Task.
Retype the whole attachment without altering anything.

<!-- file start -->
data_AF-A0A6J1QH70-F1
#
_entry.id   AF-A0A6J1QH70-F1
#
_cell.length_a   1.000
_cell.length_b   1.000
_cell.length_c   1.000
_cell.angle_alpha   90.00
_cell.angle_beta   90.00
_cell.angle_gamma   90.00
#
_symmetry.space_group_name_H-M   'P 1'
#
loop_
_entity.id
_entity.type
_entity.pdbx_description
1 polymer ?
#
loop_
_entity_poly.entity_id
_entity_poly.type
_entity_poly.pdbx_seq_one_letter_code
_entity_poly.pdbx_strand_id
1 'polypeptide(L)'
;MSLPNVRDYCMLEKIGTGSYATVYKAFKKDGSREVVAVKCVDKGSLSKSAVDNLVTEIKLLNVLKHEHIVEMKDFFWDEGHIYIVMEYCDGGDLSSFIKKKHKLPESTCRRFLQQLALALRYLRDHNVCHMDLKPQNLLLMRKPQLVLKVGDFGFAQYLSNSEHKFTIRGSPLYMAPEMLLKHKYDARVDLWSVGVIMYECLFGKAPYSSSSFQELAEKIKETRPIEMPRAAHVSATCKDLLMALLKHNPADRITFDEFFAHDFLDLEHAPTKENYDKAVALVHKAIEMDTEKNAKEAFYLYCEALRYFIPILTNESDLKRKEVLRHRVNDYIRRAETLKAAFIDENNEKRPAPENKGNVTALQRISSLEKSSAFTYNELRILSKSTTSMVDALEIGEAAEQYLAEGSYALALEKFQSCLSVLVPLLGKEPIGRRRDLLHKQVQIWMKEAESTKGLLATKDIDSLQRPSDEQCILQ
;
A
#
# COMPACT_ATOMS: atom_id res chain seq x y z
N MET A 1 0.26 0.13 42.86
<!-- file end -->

data_AF-A0A6J1QH70-F1
#
_entry.id   AF-A0A6J1QH70-F1
#
_cell.length_a   1.000
_cell.length_b   1.000
_cell.length_c   1.000
_cell.angle_alpha   90.00
_cell.angle_beta   90.00
_cell.angle_gamma   90.00
#
_symmetry.space_group_name_H-M   'P 1'
#
loop_
_entity.id
_entity.type
_entity.pdbx_description
1 polymer ?
#
loop_
_entity_poly.entity_id
_entity_poly.type
_entity_poly.pdbx_seq_one_letter_code
_entity_poly.pdbx_strand_id
1 'polypeptide(L)'
;MSLPNVRDYCMLEKIGTGSYATVYKAFKKDGSREVVAVKCVDKGSLSKSAVDNLVTEIKLLNVLKHEHIVEMKDFFWDEGHIYIVMEYCDGGDLSSFIKKKHKLPESTCRRFLQQLALALRYLRDHNVCHMDLKPQNLLLMRKPQLVLKVGDFGFAQYLSNSEHKFTIRGSPLYMAPEMLLKHKYDARVDLWSVGVIMYECLFGKAPYSSSSFQELAEKIKETRPIEMPRAAHVSATCKDLLMALLKHNPADRITFDEFFAHDFLDLEHAPTKENYDKAVALVHKAIEMDTEKNAKEAFYLYCEALRYFIPILTNESDLKRKEVLRHRVNDYIRRAETLKAAFIDENNEKRPAPENKGNVTALQRISSLEKSSAFTYNELRILSKSTTSMVDALEIGEAAEQYLAEGSYALALEKFQSCLSVLVPLLGKEPIGRRRDLLHKQVQIWMKEAESTKGLLATKDIDSLQRPSDEQCILQ
;
A
#
# COMPACT_ATOMS: atom_id res chain seq x y z
N MET A 1 0.26 0.13 42.86